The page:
• Electronic components are used in ever increasing numbers in consumer and commercial electronic products. Examples of some of these consumer and commercial products are televisions fiat panel displays, personal computers, gaming systems, Internet servers, cell phones, pagers, palm-type organizers, portable radios, car stereos, or remote controls. As the demand for these consumer and commercial electronics increases, there is also a demand for those same products to become smaller, more functional, and more portable for consumers and businesses.
  • As a result of the size decrease in these products, the components that comprise the products must also become smaller. Examples of some of those components that need to be reduced in size or scaled down are printed circuit or wiring boards, resistors, wiring, keyboards, touch pads, and chip packaging. Products and components also need to be prepackaged, such that the product and/or component can perform several related or unrelated functions and tasks. Examples of some of these “total solution” components and products comprise layered materials, mother boards cellular and wireless phones and telecommunications devices and other components and products, such as those found in U.S. Patent and PCT Application Ser. Nos. 60/396294 filed Jul. 15, 2002, 60/294433 filed May 30, 2001, Ser. No. 10/519337 filed Dec. 22, 2004, Ser. No. 10/551305 filed Sep. 28, 2005, Ser. No. 10/465968 filed Jun. 26, 2003 and PCT/US02/17331 filed May 30, 2002, which are all commonly owned and incorporated herein in their entirety.
  • Components, therefore, are being broken down and investigated to determine if there are better building materials and methods that will allow them to be scaled down and/or combined to accommodate the demands for smaller electronic components. In layered components, one goal appears to be decreasing the number of the layers while at the same time increasing the functionality and durability of the remaining layers and surface/support materials. This task can be difficult, however, given that several of the layers and components of the layers should generally be present in order to operate the device.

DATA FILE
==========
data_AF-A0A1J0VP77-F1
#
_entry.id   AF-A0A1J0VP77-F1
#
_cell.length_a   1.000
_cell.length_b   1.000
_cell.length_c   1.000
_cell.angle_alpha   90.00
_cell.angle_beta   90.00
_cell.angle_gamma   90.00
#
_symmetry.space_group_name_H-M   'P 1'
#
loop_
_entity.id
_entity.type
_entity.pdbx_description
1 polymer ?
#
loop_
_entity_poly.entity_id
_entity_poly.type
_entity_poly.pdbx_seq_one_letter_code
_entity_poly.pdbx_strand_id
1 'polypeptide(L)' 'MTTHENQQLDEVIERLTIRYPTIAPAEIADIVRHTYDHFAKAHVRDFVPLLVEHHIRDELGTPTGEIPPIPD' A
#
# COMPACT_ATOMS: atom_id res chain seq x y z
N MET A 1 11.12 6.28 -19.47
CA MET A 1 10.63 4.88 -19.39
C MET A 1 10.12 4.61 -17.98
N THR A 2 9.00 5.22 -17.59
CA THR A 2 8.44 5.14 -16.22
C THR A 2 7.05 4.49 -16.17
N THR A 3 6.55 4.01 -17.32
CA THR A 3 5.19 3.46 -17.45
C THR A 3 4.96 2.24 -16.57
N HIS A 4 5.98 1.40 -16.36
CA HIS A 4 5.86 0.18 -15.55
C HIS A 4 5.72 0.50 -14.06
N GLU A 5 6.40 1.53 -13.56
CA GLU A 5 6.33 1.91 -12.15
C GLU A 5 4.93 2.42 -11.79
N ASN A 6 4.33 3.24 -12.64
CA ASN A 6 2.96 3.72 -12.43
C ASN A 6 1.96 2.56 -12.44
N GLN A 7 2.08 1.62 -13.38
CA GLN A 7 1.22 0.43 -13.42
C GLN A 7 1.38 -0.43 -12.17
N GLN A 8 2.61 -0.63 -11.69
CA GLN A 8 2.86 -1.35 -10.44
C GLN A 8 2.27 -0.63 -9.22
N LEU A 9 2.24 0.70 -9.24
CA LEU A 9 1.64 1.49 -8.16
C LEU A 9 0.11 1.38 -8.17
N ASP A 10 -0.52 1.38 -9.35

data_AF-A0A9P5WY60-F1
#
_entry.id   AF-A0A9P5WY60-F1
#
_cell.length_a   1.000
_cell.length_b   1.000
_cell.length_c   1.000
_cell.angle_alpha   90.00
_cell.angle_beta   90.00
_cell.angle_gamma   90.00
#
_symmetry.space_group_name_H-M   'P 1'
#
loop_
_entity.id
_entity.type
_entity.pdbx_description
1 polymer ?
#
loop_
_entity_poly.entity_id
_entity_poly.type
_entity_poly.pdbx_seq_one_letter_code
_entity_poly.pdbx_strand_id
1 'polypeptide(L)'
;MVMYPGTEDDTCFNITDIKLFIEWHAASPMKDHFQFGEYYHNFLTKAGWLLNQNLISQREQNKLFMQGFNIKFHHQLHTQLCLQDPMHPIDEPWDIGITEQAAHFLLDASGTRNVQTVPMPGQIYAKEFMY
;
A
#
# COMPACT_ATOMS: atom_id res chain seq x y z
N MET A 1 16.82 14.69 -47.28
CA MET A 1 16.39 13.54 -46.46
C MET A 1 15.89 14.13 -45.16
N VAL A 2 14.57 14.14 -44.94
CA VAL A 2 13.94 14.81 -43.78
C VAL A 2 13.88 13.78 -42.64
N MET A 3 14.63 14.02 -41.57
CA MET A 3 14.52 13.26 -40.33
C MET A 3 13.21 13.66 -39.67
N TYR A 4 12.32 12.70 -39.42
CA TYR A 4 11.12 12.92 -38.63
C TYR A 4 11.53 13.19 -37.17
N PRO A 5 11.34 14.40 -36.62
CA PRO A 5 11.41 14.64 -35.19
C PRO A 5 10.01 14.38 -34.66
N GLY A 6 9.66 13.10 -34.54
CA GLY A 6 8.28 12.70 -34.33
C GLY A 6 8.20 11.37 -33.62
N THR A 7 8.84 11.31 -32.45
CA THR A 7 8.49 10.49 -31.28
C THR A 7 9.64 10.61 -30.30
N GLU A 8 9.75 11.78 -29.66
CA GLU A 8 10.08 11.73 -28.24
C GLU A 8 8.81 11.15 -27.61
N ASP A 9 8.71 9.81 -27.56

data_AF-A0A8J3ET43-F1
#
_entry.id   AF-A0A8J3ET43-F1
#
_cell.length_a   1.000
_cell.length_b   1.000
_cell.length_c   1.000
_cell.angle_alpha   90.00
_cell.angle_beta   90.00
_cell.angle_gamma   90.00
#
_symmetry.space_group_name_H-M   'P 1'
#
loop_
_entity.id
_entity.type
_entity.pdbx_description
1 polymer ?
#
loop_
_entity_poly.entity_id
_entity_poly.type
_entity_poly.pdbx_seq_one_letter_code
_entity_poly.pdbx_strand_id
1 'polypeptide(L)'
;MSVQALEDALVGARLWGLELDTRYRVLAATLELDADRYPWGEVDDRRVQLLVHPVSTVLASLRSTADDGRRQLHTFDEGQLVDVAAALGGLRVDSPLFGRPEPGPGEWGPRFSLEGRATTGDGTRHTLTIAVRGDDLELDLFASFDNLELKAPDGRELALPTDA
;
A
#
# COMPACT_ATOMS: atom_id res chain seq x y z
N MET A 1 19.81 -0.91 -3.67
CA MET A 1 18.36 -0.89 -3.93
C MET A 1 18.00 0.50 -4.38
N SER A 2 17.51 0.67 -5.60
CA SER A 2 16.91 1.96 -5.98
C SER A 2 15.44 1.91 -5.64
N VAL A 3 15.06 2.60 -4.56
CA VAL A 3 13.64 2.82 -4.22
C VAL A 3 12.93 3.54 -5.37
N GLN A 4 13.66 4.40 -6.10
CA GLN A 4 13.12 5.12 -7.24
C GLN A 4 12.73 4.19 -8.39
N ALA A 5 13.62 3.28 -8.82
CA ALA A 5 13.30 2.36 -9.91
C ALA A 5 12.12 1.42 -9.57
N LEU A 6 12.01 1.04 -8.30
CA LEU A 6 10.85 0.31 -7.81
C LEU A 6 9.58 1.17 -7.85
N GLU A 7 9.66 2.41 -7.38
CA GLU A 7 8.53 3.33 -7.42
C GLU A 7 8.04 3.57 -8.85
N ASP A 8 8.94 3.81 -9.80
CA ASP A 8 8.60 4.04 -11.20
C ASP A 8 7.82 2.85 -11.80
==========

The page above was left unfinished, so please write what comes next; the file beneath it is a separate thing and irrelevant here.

• Also, as electronic devices become smaller and operate at higher speeds, energy emitted in the form of heat increases dramatically with heat flux often exceeding 100 W/cm2. Thermal management in electronic devices is important for proper device performance. Thermal management components such as heat sinks and heat spreaders are utilized to decrease potential negative impacts of heat-generating components in a wide range of electronic devices by aiding in the transfer of heat to the ambient environment.
  • One area of particular importance for developing thermal management technology is integrated circuitry. With advances in device and integrated circuit (IC) technology, faster and more powerful devices are being developed. Faster switching and an increase in transistors per unit area in turn lead to increased heat generation. Packaging for these devices can typically incorporate a heat spreader which assists in heat transfer from the devices cc to a heat sink. Heat dissipation from the devices can have a large role in device stability and reliability.
  • Thermal management and removal of heat can be particularly important and challenging in the area of flip-chip technology which is utilized for connecting high performance integrated circuit devices to substrates. Heat spreaders can typically be utilized in flip-chip technology to provide a lower thermal resistance pathway between the chip and ultimate heat sink. Various materials such as copper and aluminum alloys have been utilized for flip-chip heat spreader applications. In particular instances, materials such as carbon-carbon composites or diamond can be advantageously utilized for heat spreader applications due to their exceptional thermal conductivity. Diamond and carbon-carbon composite heat spreaders can have greatly enhanced thermal transfer rates relative to alternative materials having lower thermal conductivity. Diamond heat spreaders can also allow a better thermal expansion match between the chip and packaging components. However, due to the expense of diamond materials and the relative difficulty in fabricating conventional heat spreader configurations utilizing diamond or composite carbon-carbon materials heat spreaders for flip-chip and other microelectronic applications fabricated from these materials can be cost prohibitive.